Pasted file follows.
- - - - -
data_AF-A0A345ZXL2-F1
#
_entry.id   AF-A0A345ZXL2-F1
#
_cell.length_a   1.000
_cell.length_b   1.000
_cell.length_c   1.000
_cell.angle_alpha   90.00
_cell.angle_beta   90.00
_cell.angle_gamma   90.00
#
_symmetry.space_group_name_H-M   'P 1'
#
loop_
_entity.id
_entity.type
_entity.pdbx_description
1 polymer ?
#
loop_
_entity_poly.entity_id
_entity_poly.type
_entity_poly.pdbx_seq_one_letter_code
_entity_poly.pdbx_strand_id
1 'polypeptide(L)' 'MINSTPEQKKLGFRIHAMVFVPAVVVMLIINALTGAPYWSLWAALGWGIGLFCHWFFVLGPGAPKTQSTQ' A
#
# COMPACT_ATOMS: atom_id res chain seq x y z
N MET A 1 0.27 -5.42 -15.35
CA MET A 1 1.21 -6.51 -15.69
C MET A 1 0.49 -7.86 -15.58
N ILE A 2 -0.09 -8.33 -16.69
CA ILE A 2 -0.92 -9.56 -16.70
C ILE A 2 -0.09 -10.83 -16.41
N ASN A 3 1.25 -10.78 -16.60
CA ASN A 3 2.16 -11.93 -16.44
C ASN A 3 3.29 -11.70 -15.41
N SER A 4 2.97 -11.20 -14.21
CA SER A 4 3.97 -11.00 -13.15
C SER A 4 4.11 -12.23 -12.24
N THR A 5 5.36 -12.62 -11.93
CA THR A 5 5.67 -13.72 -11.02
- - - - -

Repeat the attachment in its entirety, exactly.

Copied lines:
data_AF-A0A345ZXL2-F1
#
_entry.id   AF-A0A345ZXL2-F1
#
_cell.length_a   1.000
_cell.length_b   1.000
_cell.length_c   1.000
_cell.angle_alpha   90.00
_cell.angle_beta   90.00
_cell.angle_gamma   90.00
#
_symmetry.space_group_name_H-M   'P 1'
#
loop_
_entity.id
_entity.type
_entity.pdbx_description
1 polymer ?
#
loop_
_entity_poly.entity_id
_entity_poly.type
_entity_poly.pdbx_seq_one_letter_code
_entity_poly.pdbx_strand_id
1 'polypeptide(L)' 'MINSTPEQKKLGFRIHAMVFVPAVVVMLIINALTGAPYWSLWAALGWGIGLFCHWFFVLGPGAPKTQSTQ' A
#
# COMPACT_ATOMS: atom_id res chain seq x y z
N MET A 1 0.27 -5.42 -15.35
CA MET A 1 1.21 -6.51 -15.69
C MET A 1 0.49 -7.86 -15.58
N ILE A 2 -0.09 -8.33 -16.69
CA ILE A 2 -0.92 -9.56 -16.70
C ILE A 2 -0.09 -10.83 -16.41
N ASN A 3 1.25 -10.78 -16.60
CA ASN A 3 2.16 -11.93 -16.44
C ASN A 3 3.29 -11.70 -15.41
N SER A 4 2.97 -11.20 -14.21
CA SER A 4 3.97 -11.00 -13.15
C SER A 4 4.11 -12.23 -12.24
N THR A 5 5.36 -12.62 -11.93
CA THR A 5 5.67 -13.72 -11.02